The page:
Ofcom has estimated that it will cost around £169m over the next two years to implement the UK’s oft-delayed online safety reforms.
The Online Safety Bill is intended to make tech firms accountable for harmful third-party content hosted on their platforms, ranging from illegal content such as terrorist propaganda to abusive content that falls below the threshold of criminality, such as bullying of minors.
It will be enforced by the communications regulator, Ofcom, which could block access to their sites, fine them either up to 10 per cent of annual turnover or £18m (whichever is higher), and hold senior managers criminally liable for failures of duty of care.
The regulator said it has made a good start in its preparations for implementing the new regime. But according to a report by the National Audit Office (NAO) it must now “manage risks” around monitoring, scope and financing.
The report looked at whether the preparations already undertaken are sufficiently advanced to ensure that the bill can be implemented properly. It is expected to receive Royal Assent in October and the full regulatory regime will be put in place in phases in the following two years.
According to an Ofcom survey in 2022, 68 per cent of child (13-17) internet users and 62 per cent of adult (18 and older) internet users indicated they had experienced at least one potential online harm in the four weeks before the survey. Harmful content varies, from child sexual abuse material and terrorist content to online fraud and the encouragement of self-harm.
Ofcom estimates that the cumulative costs of preparing for and implementing the regime could total £169m by the end of 2024-25, of which £56m will have been incurred by the end of 2022-23. The regime is intended to become self-financing through a fee structure. Ofcom estimates that it could need to regulate more than 100,000 services, with the majority based overseas, and interacting with the regulator for the first time.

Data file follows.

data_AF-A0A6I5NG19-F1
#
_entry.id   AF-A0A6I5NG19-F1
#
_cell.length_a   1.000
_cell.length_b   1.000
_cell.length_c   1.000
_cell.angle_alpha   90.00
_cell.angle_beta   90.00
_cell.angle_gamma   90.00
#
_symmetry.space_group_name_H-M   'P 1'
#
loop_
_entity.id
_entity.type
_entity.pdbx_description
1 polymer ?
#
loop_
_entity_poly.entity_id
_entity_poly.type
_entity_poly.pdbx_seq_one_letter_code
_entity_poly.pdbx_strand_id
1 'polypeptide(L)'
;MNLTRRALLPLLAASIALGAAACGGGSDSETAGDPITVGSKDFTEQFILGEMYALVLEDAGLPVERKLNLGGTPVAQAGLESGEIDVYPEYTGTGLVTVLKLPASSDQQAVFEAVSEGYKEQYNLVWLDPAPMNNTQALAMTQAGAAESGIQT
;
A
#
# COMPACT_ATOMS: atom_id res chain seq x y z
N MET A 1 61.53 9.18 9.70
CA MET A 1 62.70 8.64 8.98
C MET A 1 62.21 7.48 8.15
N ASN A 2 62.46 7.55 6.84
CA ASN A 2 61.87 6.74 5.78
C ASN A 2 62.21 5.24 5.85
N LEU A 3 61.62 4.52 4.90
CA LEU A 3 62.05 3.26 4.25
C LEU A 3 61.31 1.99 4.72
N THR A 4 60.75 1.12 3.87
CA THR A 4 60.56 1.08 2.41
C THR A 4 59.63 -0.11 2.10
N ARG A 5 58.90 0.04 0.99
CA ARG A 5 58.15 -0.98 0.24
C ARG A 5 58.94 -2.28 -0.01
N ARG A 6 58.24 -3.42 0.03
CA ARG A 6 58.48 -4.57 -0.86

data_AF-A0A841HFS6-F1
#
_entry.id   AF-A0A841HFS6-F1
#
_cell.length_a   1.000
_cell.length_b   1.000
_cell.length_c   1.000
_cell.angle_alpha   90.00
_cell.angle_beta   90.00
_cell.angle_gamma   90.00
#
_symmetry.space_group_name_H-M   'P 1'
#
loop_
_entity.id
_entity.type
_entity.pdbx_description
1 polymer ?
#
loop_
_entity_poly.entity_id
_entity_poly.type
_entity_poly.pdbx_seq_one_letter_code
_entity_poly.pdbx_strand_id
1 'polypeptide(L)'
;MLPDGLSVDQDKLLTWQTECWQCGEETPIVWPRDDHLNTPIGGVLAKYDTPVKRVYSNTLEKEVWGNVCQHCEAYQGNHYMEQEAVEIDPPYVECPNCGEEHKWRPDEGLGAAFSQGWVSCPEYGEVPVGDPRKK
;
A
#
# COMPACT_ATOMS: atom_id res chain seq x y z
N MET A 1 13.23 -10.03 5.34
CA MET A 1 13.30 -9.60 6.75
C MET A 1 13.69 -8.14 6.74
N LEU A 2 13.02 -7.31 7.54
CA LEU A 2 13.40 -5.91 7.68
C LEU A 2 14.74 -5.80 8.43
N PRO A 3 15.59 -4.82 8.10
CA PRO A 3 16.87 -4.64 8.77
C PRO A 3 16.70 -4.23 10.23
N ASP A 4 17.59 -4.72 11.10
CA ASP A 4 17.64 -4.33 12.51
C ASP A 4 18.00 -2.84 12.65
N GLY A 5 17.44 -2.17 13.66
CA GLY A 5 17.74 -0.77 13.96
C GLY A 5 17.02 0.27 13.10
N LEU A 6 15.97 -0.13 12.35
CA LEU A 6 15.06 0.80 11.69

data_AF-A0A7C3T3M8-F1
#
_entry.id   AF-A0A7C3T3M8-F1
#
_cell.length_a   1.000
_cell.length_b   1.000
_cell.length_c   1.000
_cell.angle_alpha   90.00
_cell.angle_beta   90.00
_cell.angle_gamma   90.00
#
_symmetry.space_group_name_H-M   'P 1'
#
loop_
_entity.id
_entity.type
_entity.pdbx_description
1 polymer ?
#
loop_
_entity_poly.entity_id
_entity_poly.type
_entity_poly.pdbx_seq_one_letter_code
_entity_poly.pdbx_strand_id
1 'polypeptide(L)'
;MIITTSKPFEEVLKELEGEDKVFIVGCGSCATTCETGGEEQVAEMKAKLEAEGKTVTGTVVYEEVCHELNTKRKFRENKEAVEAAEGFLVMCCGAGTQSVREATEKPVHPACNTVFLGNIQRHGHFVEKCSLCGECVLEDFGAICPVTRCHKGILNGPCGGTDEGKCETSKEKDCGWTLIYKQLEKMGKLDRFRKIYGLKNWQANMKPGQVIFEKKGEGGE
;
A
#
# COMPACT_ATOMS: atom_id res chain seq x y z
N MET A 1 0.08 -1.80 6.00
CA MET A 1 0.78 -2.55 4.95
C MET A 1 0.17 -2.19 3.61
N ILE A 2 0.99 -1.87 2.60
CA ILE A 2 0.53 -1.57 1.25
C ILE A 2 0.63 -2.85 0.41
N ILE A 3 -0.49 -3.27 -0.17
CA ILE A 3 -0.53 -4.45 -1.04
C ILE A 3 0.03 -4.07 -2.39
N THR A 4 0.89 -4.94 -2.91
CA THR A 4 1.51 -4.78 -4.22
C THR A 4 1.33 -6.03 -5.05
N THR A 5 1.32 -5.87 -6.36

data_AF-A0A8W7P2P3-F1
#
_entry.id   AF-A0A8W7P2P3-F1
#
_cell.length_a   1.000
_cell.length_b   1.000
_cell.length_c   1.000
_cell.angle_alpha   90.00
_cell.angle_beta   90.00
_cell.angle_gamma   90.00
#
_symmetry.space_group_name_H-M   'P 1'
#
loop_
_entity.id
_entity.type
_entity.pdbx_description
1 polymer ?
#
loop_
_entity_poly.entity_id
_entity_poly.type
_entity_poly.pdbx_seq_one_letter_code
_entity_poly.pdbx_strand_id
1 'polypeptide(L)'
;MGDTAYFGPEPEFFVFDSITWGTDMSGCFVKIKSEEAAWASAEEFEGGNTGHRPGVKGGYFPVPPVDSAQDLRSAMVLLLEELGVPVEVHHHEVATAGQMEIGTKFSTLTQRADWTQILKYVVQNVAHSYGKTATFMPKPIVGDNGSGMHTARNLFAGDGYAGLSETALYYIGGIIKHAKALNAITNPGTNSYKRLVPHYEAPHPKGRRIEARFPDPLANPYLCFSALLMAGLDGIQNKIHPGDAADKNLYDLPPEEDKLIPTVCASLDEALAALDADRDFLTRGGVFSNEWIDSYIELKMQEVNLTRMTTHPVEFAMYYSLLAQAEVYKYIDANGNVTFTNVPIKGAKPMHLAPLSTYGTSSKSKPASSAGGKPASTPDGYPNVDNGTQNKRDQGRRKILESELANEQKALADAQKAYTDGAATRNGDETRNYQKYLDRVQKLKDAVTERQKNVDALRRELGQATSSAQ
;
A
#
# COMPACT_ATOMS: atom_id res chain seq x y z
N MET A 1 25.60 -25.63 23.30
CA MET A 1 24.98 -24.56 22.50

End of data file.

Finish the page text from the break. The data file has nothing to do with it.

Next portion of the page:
Ofcom still has lots to do to develop the new regulatory regime once the Bill becomes law. It will have to publish more than 40 separate regulatory documents and needs to consider how it will manage public and industry expectations about the regime’s impact to “provide confidence from the outset”, the NAO report said.
“Securing adequate protection of citizens from online harms is a significant new role for Ofcom, and it has made a good start to its preparations,” said NAO head Gareth Davies.
“Ofcom will need to manage several risks in a way that delivers value for money. It will need to move quickly to cover any gaps in its preparations should the scope of the legislation change further between now and implementation. It will be regulating over 100,000 bodies, most based overseas, which have not been regulated by Ofcom before.
“And it will need to cover its costs by introducing fees so that the regime becomes self-financing. As ever, access to good quality data will be essential for Ofcom to monitor the compliance of services and to evaluate its own effectiveness and for DSIT to know that the regime is working.”
Rani Govender, senior child safety online policy officer at the NSPCC, said it was “good to see preparations are going well”.
“The sheer scale of the job the regulator faces means they must ensure their work is well targeted to the greatest risks to children, and this requires consistently understanding the experiences of young users.
“It’s therefore crucial that children are at the heart of Ofcom’s preparation and future work. The Government could underpin this by creating a statutory online child safety advocate in the legislation that exists to amplify the voices and experiences of children online.”
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